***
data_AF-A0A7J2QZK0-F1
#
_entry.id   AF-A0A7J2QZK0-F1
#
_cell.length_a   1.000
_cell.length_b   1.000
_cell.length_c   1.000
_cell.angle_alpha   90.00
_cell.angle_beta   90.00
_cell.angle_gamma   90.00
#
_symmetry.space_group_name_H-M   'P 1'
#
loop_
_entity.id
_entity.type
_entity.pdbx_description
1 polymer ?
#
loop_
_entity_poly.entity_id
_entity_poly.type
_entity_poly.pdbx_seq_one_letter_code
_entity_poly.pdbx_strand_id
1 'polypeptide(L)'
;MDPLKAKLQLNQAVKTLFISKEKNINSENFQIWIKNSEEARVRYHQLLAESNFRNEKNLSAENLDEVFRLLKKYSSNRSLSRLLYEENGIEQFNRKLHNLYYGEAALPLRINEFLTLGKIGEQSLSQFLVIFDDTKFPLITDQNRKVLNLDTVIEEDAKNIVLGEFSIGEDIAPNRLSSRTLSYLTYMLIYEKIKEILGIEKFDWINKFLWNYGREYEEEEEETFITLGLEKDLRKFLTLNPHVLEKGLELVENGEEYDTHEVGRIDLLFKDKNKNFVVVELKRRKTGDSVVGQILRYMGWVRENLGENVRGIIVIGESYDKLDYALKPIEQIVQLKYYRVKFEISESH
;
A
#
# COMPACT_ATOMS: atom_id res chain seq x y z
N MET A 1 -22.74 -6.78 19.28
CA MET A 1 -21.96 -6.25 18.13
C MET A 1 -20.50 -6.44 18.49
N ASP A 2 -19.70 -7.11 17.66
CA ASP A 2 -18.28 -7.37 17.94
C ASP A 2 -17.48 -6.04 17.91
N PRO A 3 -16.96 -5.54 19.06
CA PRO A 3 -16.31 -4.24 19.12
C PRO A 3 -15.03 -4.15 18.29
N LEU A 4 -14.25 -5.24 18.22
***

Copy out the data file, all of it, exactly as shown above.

data_AF-A0A7J2QZK0-F1
#
_entry.id   AF-A0A7J2QZK0-F1
#
_cell.length_a   1.000
_cell.length_b   1.000
_cell.length_c   1.000
_cell.angle_alpha   90.00
_cell.angle_beta   90.00
_cell.angle_gamma   90.00
#
_symmetry.space_group_name_H-M   'P 1'
#
loop_
_entity.id
_entity.type
_entity.pdbx_description
1 polymer ?
#
loop_
_entity_poly.entity_id
_entity_poly.type
_entity_poly.pdbx_seq_one_letter_code
_entity_poly.pdbx_strand_id
1 'polypeptide(L)'
;MDPLKAKLQLNQAVKTLFISKEKNINSENFQIWIKNSEEARVRYHQLLAESNFRNEKNLSAENLDEVFRLLKKYSSNRSLSRLLYEENGIEQFNRKLHNLYYGEAALPLRINEFLTLGKIGEQSLSQFLVIFDDTKFPLITDQNRKVLNLDTVIEEDAKNIVLGEFSIGEDIAPNRLSSRTLSYLTYMLIYEKIKEILGIEKFDWINKFLWNYGREYEEEEEETFITLGLEKDLRKFLTLNPHVLEKGLELVENGEEYDTHEVGRIDLLFKDKNKNFVVVELKRRKTGDSVVGQILRYMGWVRENLGENVRGIIVIGESYDKLDYALKPIEQIVQLKYYRVKFEISESH
;
A
#
# COMPACT_ATOMS: atom_id res chain seq x y z
N MET A 1 -22.74 -6.78 19.28
CA MET A 1 -21.96 -6.25 18.13
C MET A 1 -20.50 -6.44 18.49
N ASP A 2 -19.70 -7.11 17.66
CA ASP A 2 -18.28 -7.37 17.94
C ASP A 2 -17.48 -6.04 17.91
N PRO A 3 -16.96 -5.54 19.06
CA PRO A 3 -16.31 -4.24 19.12
C PRO A 3 -15.03 -4.15 18.29
N LEU A 4 -14.25 -5.24 18.22